Musk then switched the focus of the Q&A to a video feed with a little known YouTube investment channel leaving the room full of Wall Street analysts baffled at the snub. Musk also recently responded to a Tweet by The Economist that suggested that Tesla would need to raise further capital, dismissing the publication as ‘boring’.
Musk is bored with equity markets’ financial experts asking boring financial questions. However, those are the markets and experts his company is relying on for liquidity. They have repeatedly come through for Tesla and shown far more tolerance than would be the case for almost any other manufacturing company or their CEOs. Disparaging their questions on the company’s finances while repeatedly failing to deliver on forward guidance manufacturing targets might be a sign that Musk is starting to take his own hype a little too seriously.
He, and Tesla, are not bullet proof. Rather, they are nearing a make or break moment for the company when promises and vision are no longer enough and attention will increasingly focus on finances and the more traditional metrics used to value an auto manufacturer. Following Wednesday’s event, Tesla’s share price dropped 7% on Thursday before closing to a final 5.5% loss. The company’s bonds also suffered and several analysts cut their price targets on the stock. Should Tesla subsequently have to go back to capital markets to raise more money, either later this year or next, many on Wall Street are now openly wondering how much it will cost the company. Wednesday’s performance by Musk has been labelled by many as ‘biting the hand that feeds him’.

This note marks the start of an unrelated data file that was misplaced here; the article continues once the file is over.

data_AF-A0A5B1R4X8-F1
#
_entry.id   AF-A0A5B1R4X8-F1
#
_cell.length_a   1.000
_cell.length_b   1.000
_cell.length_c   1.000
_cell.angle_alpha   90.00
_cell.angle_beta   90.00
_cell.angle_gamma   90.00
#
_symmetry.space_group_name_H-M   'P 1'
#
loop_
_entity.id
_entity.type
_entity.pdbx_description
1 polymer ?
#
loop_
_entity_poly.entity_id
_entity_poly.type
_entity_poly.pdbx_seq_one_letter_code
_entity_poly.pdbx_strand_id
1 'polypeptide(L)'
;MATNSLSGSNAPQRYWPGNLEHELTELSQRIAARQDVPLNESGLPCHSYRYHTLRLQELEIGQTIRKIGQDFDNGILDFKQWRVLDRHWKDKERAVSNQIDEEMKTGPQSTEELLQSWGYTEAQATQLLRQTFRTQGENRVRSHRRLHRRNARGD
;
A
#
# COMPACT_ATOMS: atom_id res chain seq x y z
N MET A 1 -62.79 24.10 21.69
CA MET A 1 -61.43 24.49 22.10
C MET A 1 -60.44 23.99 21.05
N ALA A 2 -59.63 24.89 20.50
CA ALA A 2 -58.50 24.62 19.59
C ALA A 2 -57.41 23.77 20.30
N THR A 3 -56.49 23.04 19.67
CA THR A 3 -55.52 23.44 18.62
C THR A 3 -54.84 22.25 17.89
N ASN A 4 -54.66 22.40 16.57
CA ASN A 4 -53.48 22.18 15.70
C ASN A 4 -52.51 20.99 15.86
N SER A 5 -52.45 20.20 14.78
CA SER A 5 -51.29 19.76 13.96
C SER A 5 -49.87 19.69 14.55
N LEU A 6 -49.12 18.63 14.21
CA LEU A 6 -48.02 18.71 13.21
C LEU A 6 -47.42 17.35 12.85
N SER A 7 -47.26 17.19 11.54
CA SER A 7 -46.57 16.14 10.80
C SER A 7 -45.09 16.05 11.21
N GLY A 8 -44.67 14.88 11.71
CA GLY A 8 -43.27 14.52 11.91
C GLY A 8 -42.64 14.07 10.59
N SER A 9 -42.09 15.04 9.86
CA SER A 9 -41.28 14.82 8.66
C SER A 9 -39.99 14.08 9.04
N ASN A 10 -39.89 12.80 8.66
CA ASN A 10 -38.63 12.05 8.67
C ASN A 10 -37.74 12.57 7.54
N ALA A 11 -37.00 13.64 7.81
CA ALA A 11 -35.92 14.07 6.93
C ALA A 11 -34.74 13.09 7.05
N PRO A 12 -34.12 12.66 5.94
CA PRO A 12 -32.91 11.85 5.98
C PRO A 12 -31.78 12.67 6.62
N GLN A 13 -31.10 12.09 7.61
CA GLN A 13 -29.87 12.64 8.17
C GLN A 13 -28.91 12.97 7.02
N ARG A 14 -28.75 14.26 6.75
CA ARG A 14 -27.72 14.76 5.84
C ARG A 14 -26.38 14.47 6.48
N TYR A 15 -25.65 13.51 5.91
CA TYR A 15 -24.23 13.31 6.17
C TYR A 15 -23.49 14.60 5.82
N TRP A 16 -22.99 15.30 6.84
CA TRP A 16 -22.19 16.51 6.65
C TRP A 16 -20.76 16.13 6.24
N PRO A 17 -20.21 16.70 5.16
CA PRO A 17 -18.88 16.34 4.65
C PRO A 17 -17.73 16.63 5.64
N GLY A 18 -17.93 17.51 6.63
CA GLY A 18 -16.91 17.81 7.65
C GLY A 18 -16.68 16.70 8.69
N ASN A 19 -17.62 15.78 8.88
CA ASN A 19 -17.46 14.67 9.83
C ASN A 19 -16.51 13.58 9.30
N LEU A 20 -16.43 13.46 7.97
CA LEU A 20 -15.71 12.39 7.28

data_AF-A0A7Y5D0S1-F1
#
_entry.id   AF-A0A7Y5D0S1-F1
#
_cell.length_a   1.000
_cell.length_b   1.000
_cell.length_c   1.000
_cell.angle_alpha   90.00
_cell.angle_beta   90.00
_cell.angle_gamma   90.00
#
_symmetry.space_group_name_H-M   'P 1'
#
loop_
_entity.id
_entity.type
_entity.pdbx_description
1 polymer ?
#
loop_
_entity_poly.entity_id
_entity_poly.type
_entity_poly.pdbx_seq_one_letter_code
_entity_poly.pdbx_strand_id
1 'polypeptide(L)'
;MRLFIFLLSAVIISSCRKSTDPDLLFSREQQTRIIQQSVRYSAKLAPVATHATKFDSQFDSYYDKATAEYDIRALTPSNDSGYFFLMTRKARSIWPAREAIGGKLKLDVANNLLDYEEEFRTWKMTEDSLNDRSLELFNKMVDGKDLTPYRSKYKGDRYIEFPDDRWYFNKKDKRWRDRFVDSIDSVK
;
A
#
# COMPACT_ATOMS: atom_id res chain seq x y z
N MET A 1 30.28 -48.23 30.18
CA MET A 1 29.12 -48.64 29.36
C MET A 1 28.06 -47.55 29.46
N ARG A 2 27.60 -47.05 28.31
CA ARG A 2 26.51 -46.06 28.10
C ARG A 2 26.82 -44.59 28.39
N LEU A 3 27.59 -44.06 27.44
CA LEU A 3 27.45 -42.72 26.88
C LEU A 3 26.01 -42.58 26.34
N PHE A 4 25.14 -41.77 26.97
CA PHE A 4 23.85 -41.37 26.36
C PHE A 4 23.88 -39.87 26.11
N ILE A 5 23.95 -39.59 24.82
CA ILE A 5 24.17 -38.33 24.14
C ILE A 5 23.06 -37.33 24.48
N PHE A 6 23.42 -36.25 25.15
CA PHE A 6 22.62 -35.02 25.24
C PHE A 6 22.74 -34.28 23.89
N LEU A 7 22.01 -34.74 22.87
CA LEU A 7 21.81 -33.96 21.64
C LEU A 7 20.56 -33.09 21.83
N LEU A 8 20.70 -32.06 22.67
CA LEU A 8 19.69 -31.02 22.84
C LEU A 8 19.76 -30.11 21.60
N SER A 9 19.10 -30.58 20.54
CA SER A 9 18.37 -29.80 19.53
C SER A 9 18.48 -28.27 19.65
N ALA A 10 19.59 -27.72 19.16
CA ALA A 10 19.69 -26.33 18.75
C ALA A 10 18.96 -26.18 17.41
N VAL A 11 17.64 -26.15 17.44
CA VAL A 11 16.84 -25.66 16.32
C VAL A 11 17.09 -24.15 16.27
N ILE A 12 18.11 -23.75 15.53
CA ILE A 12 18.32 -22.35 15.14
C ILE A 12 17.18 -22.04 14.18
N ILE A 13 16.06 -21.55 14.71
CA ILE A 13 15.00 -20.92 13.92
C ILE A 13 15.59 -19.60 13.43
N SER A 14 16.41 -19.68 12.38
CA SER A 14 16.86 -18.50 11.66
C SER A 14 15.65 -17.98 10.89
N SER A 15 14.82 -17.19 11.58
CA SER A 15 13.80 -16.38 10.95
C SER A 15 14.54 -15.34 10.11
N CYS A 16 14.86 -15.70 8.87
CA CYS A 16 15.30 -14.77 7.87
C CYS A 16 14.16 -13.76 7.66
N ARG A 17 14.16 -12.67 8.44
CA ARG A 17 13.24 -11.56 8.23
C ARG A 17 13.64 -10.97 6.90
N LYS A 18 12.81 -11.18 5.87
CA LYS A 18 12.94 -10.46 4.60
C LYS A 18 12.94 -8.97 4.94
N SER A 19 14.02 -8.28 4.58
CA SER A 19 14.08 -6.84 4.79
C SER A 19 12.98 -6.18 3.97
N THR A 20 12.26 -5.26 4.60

So what next for Musk and Tesla? As still owning 22% of Tesla, co-founder Musk’s position is far stronger than that of the average Wall Street CEO. The top four investors, including Musk, hold 40%. Perhaps it is that strength of position which means Musk feels secure in thumbing his nose at the ‘dry’ and ‘bonehead’ concerns of the wider market. Musk has made a career, and a spectacularly successful one at that, from ignoring and being seeming impervious to conventional wisdom.
Tesla’s share price has always been volatile and yesterday’s drop is not unprecedented. However, the reason for it was. Tesla’s figures were actually reasonably solid and strong answers to legitimate questions on the potential need for more capital may have even boosted the company’s share price. Musk chose, rather, to go on the attack against his investors and did so in a surprisingly puerile way, acting the spoilt child. As Wired’s Alex Davies puts it:
“It seems that while investors don’t mind Musk making wildly optimistic predictions or mocking competitors, they’re troubled by having their own valid, relevant financial questions derided during a finance-focused call. Now, they are not just concerned about Tesla’s financial health. Some, at least, are concerned about the man leading the company they jointly own”.
The cult of personality around Musk is what has made Tesla succeeding in goals that would be unrealistic for almost any other new company coming to this industry impossible. The big boys usually eat them up and spit them out. However, there are now growing concerns that if Musk carries on down his present path, he is in danger of turning the tables on himself and becoming a liability to Tesla when once he was its messiah. He might do well to reconsider his approach over the coming months.